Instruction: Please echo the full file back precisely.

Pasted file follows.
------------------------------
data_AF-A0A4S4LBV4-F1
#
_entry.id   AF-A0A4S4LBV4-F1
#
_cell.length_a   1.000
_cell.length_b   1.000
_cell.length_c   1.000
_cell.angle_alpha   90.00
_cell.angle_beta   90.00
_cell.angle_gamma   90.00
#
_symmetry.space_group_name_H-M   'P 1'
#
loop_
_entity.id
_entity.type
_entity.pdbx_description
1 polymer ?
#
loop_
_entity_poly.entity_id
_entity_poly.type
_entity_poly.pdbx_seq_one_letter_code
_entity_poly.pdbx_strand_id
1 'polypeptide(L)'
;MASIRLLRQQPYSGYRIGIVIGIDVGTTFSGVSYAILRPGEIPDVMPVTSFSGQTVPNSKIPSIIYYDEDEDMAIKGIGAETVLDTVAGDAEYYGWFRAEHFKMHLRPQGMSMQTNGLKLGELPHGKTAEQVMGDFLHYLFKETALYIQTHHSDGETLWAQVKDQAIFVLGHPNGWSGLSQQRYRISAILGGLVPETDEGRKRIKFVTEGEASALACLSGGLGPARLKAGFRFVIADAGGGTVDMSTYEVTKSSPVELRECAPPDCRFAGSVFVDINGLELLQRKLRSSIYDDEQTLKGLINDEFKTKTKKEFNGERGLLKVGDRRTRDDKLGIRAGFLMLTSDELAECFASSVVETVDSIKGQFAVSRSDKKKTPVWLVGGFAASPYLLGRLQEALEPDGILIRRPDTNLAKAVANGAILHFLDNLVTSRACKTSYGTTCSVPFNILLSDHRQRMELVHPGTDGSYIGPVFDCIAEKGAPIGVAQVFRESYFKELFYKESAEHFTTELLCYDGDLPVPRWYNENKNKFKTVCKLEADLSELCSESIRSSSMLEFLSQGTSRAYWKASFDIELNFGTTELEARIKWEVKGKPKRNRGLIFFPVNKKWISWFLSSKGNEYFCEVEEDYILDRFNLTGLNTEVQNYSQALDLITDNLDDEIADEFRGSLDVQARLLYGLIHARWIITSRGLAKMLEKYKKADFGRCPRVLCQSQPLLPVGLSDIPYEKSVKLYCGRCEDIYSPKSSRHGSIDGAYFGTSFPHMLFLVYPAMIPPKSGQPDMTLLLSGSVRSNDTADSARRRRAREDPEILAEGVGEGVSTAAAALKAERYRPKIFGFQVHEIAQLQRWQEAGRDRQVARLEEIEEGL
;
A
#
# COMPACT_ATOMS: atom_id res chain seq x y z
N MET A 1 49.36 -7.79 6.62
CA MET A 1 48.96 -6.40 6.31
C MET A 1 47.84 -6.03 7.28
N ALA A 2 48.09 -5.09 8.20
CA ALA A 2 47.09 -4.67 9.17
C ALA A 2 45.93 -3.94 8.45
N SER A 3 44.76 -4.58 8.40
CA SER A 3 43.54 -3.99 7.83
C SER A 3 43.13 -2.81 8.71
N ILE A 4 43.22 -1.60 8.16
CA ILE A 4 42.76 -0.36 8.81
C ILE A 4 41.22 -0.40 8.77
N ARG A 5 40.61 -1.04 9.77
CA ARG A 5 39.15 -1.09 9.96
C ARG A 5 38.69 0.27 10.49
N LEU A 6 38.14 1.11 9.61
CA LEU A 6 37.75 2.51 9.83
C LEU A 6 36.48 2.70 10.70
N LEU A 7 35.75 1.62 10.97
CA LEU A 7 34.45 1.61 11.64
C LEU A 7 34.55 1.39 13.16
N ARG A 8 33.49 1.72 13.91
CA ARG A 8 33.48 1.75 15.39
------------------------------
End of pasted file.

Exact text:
data_AF-A0A4S4LBV4-F1
#
_entry.id   AF-A0A4S4LBV4-F1
#
_cell.length_a   1.000
_cell.length_b   1.000
_cell.length_c   1.000
_cell.angle_alpha   90.00
_cell.angle_beta   90.00
_cell.angle_gamma   90.00
#
_symmetry.space_group_name_H-M   'P 1'
#
loop_
_entity.id
_entity.type
_entity.pdbx_description
1 polymer ?
#
loop_
_entity_poly.entity_id
_entity_poly.type
_entity_poly.pdbx_seq_one_letter_code
_entity_poly.pdbx_strand_id
1 'polypeptide(L)'
;MASIRLLRQQPYSGYRIGIVIGIDVGTTFSGVSYAILRPGEIPDVMPVTSFSGQTVPNSKIPSIIYYDEDEDMAIKGIGAETVLDTVAGDAEYYGWFRAEHFKMHLRPQGMSMQTNGLKLGELPHGKTAEQVMGDFLHYLFKETALYIQTHHSDGETLWAQVKDQAIFVLGHPNGWSGLSQQRYRISAILGGLVPETDEGRKRIKFVTEGEASALACLSGGLGPARLKAGFRFVIADAGGGTVDMSTYEVTKSSPVELRECAPPDCRFAGSVFVDINGLELLQRKLRSSIYDDEQTLKGLINDEFKTKTKKEFNGERGLLKVGDRRTRDDKLGIRAGFLMLTSDELAECFASSVVETVDSIKGQFAVSRSDKKKTPVWLVGGFAASPYLLGRLQEALEPDGILIRRPDTNLAKAVANGAILHFLDNLVTSRACKTSYGTTCSVPFNILLSDHRQRMELVHPGTDGSYIGPVFDCIAEKGAPIGVAQVFRESYFKELFYKESAEHFTTELLCYDGDLPVPRWYNENKNKFKTVCKLEADLSELCSESIRSSSMLEFLSQGTSRAYWKASFDIELNFGTTELEARIKWEVKGKPKRNRGLIFFPVNKKWISWFLSSKGNEYFCEVEEDYILDRFNLTGLNTEVQNYSQALDLITDNLDDEIADEFRGSLDVQARLLYGLIHARWIITSRGLAKMLEKYKKADFGRCPRVLCQSQPLLPVGLSDIPYEKSVKLYCGRCEDIYSPKSSRHGSIDGAYFGTSFPHMLFLVYPAMIPPKSGQPDMTLLLSGSVRSNDTADSARRRRAREDPEILAEGVGEGVSTAAAALKAERYRPKIFGFQVHEIAQLQRWQEAGRDRQVARLEEIEEGL
;
A
#
# COMPACT_ATOMS: atom_id res chain seq x y z
N MET A 1 49.36 -7.79 6.62
CA MET A 1 48.96 -6.40 6.31
C MET A 1 47.84 -6.03 7.28
N ALA A 2 48.09 -5.09 8.20
CA ALA A 2 47.09 -4.67 9.17
C ALA A 2 45.93 -3.94 8.45
N SER A 3 44.76 -4.58 8.40
CA SER A 3 43.54 -3.99 7.83
C SER A 3 43.13 -2.81 8.71
N ILE A 4 43.22 -1.60 8.16
CA ILE A 4 42.76 -0.36 8.81
C ILE A 4 41.22 -0.40 8.77
N ARG A 5 40.61 -1.04 9.77
CA ARG A 5 39.15 -1.09 9.96
C ARG A 5 38.69 0.27 10.49
N LEU A 6 38.14 1.11 9.61
CA LEU A 6 37.75 2.51 9.83
C LEU A 6 36.48 2.70 10.70
N LEU A 7 35.75 1.62 10.97
CA LEU A 7 34.45 1.61 11.64
C LEU A 7 34.55 1.39 13.16
N ARG A 8 33.49 1.72 13.91
CA ARG A 8 33.48 1.75 15.39